Counterintuitive as it may seem, I take solace in my local graveyard as the pandemic grips Scotlandby Peter Ross / April 2, 2020 / Leave a comment
Every day, when I take my hour of state-sanctioned exercise, I walk out of my back gate, squeeze through a gap in the railings, a hollow in the hedge, and am soon saying hello to my neighbours—none of whom, having lived and died long ago, are in any position to return the greeting. I am social distancing among the dead.
Glasgow is known as the dear green place on account of its many parks. However, these are so busy at the moment that it is very difficult to keep the regulation two metres apart. A tumbledown cemetery, though? Much better. It doesn’t matter that many thousands have got here first; there is no chance of them giving coronavirus to me, or me to them. It is likely, in fact, that a good few of the men, women and children who comprise the citizenry of the graveyard succumbed to Spanish flu, which is thought to have arrived in Britain in the summer of 1918 via the ports of the Clyde. They have been through this all before, and so I feel safe—soothed even—in their company.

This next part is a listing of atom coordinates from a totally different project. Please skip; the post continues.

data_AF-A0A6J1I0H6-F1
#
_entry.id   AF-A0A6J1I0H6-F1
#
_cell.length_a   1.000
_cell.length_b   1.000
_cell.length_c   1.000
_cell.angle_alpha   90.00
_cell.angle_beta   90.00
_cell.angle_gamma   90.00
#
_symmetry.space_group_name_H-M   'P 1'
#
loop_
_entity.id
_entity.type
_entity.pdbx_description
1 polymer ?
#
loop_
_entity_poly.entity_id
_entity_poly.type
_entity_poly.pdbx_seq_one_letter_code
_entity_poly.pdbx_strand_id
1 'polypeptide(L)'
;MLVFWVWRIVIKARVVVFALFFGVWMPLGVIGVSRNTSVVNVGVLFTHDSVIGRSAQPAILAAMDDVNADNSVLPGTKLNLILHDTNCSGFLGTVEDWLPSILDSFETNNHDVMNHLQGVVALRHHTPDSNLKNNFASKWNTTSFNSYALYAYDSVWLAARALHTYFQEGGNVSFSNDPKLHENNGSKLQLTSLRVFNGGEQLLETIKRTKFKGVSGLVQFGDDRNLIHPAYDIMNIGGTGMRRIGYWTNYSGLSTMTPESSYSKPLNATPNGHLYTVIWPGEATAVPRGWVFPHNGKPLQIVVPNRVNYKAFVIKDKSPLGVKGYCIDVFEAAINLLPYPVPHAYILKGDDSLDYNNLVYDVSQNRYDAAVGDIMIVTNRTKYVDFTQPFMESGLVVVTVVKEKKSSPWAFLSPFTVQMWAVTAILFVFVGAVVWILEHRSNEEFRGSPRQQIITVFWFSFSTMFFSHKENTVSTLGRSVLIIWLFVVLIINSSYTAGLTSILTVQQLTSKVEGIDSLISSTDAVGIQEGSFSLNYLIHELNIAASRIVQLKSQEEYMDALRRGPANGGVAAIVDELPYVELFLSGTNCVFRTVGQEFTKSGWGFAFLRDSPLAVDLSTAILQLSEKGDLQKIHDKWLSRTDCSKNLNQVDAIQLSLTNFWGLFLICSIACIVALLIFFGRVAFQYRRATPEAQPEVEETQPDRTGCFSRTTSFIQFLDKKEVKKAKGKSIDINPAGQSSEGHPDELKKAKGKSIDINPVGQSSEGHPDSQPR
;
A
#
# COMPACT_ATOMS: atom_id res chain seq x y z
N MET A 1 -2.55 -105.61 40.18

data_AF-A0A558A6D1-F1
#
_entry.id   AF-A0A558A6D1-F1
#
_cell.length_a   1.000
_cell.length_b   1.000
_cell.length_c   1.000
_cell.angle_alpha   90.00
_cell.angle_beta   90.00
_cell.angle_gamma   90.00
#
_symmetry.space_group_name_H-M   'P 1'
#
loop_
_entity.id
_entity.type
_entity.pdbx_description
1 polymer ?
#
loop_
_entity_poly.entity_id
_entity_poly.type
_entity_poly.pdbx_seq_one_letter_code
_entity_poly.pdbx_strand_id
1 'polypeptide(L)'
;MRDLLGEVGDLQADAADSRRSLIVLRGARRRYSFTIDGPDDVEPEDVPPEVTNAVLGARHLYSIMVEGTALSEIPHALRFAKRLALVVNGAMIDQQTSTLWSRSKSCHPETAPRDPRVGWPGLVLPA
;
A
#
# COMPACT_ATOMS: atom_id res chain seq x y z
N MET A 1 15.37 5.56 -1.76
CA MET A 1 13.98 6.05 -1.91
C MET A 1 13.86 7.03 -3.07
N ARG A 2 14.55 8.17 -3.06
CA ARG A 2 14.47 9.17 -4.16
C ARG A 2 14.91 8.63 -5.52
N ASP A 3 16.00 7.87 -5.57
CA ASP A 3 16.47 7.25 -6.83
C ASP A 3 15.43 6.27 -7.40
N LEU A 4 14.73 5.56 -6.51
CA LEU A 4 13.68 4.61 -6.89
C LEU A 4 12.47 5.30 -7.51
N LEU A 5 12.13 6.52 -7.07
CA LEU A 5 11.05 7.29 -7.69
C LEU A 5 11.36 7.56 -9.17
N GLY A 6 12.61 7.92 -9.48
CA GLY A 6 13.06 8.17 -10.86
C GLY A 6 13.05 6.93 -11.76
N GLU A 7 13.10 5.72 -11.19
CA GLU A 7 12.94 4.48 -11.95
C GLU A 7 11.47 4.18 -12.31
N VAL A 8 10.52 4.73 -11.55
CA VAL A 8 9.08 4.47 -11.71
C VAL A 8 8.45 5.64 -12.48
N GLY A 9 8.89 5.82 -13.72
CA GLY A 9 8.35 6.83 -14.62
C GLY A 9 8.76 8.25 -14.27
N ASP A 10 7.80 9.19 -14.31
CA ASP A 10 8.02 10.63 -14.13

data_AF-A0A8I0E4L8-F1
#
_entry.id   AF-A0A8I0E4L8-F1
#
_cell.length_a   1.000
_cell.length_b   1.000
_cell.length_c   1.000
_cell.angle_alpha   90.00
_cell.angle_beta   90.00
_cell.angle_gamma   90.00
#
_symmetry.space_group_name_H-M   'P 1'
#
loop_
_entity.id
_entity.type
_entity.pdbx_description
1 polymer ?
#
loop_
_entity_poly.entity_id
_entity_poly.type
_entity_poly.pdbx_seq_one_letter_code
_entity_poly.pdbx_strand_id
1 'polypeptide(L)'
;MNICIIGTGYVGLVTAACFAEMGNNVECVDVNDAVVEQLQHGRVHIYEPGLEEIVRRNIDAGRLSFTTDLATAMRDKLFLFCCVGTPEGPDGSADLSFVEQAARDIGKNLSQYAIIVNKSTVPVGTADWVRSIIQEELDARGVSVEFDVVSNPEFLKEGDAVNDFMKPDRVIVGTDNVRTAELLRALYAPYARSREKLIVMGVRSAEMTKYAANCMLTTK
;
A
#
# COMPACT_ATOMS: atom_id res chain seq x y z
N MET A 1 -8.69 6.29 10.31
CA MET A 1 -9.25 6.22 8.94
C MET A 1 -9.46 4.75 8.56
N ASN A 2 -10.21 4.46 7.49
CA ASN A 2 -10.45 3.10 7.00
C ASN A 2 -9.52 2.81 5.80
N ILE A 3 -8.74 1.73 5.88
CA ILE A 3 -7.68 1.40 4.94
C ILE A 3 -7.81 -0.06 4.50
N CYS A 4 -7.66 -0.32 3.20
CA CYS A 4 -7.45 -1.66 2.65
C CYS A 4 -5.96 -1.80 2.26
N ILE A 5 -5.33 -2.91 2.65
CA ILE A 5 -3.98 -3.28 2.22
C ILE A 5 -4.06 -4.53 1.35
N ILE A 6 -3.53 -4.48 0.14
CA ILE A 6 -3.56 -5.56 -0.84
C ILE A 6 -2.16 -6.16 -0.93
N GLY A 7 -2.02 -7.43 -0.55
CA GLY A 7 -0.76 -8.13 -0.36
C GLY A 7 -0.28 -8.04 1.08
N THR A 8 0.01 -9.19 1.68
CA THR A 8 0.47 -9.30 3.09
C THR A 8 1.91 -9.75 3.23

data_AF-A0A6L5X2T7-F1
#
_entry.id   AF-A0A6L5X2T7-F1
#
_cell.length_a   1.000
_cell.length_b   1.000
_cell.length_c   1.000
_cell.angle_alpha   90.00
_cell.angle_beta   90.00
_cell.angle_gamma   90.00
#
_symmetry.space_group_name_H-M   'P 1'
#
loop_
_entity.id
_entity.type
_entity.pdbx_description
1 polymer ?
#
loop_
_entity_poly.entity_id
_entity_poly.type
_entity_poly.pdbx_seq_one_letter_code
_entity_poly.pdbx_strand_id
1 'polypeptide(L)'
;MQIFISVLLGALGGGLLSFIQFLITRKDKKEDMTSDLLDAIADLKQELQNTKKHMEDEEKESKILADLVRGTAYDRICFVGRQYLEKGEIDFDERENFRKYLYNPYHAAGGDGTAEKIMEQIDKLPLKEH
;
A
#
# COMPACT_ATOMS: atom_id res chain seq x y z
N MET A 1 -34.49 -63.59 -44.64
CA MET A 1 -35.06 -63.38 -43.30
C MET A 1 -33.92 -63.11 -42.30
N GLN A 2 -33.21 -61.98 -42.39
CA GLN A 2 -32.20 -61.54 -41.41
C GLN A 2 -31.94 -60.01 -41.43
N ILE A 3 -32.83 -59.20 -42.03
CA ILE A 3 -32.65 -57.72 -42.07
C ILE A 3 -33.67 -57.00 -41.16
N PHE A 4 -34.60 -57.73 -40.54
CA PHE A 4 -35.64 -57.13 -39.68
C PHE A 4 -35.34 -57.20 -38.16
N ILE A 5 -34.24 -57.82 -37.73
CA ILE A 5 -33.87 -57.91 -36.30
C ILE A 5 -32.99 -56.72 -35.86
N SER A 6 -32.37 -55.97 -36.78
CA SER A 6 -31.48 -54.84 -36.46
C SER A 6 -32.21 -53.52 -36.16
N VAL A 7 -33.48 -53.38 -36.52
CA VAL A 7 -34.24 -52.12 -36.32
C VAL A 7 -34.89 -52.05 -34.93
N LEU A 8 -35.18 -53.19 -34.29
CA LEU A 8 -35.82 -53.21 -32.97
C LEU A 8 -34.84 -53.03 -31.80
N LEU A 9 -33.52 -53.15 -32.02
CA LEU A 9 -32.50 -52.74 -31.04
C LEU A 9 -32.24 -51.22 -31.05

The cemetery I have come to regard as a sanctuary is on a hill behind my house. It opened in 1878 and has, like all of us at the moment, seen better days. From the highest point, where some of the grandest stones still stand, though many have been toppled, one has a view of the city centre a few miles north. Just visible is the huge pink sign overlooking George Square, and the words: People Make Glasgow. This is a marketing slogan that happens to be true. So, too, does the reverse: Glasgow makes people. It makes them funny, often, and brassy, and, most of all, resilient. That cheery resilience is on full display in the graveyard.
Joggers, dog-walkers, amblers, we nod and wave from safe removes, glad to feel the sun and wind on our faces. A young woman, bike laid in leaf-litter, sketches a stone angel. An older lady, sitting on a fallen trunk, catches up with Line Of Duty. For years the cemetery felt almost entirely abandoned, the haunt of users and boozers, vandals with spray-paint and hammers, but now it is experiencing…